Publication Date

April 1991


[Excerpt] The effects of framing on decisions has been widely studied, producing research that suggests individuals respond to framing in predictable and fairly consistent ways (Bazerman, 1984, 1990; Tversky & Kahneman, 1986; Thaler, 1980). The essential finding from this body of research is that "individuals treat risks concerning perceived gains (for example, saving jobs and plants) differently from risks concerning perceived losses (losing jobs and plants)" (Bazerman, 1990, pp. 49-50). Specifically, individuals tend to avoid risks concerning gains, and seek risks concerning losses.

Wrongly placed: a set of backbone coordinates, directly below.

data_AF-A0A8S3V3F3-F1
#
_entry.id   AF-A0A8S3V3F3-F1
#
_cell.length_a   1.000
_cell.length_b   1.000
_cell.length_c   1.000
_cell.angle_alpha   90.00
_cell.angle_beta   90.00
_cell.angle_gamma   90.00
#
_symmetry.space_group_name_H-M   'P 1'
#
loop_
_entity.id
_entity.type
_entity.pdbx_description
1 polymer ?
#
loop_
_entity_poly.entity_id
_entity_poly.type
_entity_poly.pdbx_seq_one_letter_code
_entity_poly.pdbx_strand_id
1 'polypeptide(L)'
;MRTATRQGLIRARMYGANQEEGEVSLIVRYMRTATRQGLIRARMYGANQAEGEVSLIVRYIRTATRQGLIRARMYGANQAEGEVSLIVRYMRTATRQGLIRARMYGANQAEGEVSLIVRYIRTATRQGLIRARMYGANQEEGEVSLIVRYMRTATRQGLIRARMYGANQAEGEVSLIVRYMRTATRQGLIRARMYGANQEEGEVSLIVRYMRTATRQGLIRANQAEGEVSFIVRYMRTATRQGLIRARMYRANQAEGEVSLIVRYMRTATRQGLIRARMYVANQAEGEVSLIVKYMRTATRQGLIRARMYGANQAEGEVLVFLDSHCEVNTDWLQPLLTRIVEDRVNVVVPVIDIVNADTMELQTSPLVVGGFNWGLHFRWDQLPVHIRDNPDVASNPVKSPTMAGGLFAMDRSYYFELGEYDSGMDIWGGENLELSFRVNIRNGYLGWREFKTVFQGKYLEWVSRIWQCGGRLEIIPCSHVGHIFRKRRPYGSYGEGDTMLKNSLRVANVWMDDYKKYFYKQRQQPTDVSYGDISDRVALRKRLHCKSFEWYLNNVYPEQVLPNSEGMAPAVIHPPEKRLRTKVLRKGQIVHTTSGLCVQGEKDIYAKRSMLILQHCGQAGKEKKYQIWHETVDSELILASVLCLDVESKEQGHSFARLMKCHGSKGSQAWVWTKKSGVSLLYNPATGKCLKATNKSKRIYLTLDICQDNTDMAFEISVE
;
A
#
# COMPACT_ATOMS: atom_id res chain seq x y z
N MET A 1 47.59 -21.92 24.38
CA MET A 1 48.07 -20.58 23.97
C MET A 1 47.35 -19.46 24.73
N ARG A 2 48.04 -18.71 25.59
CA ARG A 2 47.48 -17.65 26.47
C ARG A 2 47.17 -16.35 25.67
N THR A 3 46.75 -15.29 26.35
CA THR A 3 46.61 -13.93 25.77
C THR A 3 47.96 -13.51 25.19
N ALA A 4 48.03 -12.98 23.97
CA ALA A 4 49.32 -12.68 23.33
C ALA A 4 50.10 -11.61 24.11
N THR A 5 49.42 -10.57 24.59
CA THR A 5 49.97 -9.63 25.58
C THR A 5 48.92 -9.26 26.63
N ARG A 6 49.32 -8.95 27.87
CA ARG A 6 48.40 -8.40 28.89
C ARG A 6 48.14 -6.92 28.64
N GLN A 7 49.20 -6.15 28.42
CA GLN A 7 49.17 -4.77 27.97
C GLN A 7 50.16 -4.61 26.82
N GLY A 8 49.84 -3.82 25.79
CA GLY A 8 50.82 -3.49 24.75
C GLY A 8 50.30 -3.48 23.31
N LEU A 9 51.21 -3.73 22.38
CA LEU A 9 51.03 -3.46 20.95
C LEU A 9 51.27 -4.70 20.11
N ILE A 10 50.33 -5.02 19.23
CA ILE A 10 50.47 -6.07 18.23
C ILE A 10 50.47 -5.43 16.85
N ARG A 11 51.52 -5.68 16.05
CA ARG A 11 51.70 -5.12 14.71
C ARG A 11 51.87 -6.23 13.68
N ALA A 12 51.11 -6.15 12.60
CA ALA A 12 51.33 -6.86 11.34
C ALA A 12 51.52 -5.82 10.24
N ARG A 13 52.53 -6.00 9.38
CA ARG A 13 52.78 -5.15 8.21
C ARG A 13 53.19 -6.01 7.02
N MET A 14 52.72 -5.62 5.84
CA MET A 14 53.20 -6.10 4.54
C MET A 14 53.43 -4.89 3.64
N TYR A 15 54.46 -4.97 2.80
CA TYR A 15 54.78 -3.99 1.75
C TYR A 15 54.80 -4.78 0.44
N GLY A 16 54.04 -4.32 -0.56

Suggested Citation
Boudreau, J. W. (1991). The effect of framing on layoff decisions: Are more-experienced managers more rational? Does computerized data make any difference? (CAHRS Working Paper #91-15). Ithaca, NY: Cornell University, School of Industrial and Labor Relations, Center for Advanced Human Resource Studies.